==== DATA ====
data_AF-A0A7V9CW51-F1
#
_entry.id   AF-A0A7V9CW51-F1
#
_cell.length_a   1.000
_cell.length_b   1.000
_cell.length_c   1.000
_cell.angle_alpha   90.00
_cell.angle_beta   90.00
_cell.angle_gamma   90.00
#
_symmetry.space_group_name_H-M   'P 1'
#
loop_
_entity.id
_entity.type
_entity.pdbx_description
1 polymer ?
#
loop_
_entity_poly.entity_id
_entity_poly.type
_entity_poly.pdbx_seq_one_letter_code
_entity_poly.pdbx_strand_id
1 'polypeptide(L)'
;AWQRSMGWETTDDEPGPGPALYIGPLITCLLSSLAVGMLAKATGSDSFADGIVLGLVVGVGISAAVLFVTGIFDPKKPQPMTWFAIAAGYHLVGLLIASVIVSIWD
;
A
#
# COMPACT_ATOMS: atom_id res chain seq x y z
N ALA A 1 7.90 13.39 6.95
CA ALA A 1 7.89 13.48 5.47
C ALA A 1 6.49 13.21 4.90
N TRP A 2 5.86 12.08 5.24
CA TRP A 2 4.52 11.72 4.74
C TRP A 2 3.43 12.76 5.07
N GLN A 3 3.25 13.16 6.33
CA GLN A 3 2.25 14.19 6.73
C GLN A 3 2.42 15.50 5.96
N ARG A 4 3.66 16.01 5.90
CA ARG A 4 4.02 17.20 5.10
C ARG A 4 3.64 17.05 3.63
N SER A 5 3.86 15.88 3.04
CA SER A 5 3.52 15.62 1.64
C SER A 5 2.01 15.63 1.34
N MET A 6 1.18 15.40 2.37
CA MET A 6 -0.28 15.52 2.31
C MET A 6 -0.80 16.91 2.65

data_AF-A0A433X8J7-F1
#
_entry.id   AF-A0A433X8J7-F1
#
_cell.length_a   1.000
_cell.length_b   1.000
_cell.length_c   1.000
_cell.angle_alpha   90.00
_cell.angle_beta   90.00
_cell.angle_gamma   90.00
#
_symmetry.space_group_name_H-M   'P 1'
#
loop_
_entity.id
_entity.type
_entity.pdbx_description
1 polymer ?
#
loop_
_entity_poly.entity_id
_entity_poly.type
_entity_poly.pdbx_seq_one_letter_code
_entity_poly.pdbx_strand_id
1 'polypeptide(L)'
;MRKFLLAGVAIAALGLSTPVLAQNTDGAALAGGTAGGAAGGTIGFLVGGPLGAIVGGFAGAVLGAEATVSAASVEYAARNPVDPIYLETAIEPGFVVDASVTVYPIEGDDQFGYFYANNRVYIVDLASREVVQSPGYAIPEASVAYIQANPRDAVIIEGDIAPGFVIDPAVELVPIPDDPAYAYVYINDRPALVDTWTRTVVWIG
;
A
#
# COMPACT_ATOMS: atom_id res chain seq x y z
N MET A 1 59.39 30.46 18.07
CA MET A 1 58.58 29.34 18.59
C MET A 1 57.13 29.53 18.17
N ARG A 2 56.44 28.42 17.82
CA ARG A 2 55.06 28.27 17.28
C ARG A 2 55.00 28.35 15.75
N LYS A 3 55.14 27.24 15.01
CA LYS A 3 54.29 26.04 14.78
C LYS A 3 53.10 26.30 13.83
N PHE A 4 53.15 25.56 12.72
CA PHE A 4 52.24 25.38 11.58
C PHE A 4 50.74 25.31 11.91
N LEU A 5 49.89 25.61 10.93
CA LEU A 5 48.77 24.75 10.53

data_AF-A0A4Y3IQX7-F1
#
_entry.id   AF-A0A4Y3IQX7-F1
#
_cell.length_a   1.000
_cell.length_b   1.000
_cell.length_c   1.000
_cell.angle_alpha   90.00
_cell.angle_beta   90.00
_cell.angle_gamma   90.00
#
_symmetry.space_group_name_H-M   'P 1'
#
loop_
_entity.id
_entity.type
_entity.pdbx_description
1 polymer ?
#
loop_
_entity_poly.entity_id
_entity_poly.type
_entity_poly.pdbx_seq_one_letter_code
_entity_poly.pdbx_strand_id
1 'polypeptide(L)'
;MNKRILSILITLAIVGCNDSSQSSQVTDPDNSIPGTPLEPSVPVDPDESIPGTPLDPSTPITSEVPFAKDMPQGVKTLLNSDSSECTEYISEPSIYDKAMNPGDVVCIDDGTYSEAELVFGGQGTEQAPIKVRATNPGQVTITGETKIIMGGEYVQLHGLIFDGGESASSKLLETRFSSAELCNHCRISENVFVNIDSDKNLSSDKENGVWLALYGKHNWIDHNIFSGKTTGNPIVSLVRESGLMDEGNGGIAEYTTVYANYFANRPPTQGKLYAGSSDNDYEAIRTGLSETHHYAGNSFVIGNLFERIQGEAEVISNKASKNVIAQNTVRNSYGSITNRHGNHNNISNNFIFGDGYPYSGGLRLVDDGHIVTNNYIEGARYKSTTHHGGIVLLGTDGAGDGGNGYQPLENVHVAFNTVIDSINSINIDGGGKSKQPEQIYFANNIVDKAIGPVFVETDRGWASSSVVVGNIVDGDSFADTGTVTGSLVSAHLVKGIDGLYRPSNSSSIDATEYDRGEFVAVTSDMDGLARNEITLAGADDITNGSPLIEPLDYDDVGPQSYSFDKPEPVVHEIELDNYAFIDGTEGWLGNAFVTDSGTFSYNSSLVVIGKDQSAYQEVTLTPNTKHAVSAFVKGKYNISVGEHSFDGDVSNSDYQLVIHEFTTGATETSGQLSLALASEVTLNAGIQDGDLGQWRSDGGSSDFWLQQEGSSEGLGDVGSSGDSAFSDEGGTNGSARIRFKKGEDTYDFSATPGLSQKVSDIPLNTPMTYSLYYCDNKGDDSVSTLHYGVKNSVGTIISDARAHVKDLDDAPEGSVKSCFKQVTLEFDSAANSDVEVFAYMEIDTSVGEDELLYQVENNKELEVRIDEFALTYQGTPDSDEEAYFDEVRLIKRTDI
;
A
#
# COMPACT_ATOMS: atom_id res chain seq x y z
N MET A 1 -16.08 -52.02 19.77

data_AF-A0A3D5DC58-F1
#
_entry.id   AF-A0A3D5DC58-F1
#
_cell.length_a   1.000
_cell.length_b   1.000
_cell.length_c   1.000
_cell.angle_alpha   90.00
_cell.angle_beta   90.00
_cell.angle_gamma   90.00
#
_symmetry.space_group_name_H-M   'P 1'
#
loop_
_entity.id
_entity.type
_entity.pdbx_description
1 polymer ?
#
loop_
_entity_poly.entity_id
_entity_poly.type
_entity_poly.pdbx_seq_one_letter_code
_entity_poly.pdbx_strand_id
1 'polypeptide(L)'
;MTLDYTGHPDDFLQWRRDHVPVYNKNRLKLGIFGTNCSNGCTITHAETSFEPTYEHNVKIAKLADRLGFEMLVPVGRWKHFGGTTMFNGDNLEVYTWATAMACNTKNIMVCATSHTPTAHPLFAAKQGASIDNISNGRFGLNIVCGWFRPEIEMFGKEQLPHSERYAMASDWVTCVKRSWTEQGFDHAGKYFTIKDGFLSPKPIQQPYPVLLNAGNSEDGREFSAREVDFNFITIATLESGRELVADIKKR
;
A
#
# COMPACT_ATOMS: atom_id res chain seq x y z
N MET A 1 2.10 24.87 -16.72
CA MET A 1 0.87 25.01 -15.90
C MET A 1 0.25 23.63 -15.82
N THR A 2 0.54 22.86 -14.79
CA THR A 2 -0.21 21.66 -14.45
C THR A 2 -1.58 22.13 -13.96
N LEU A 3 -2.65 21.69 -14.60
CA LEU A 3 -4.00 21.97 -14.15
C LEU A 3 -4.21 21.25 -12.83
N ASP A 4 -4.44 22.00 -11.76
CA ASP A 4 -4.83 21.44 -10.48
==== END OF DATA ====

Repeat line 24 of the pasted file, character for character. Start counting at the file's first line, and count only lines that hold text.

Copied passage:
_entity_poly.pdbx_strand_id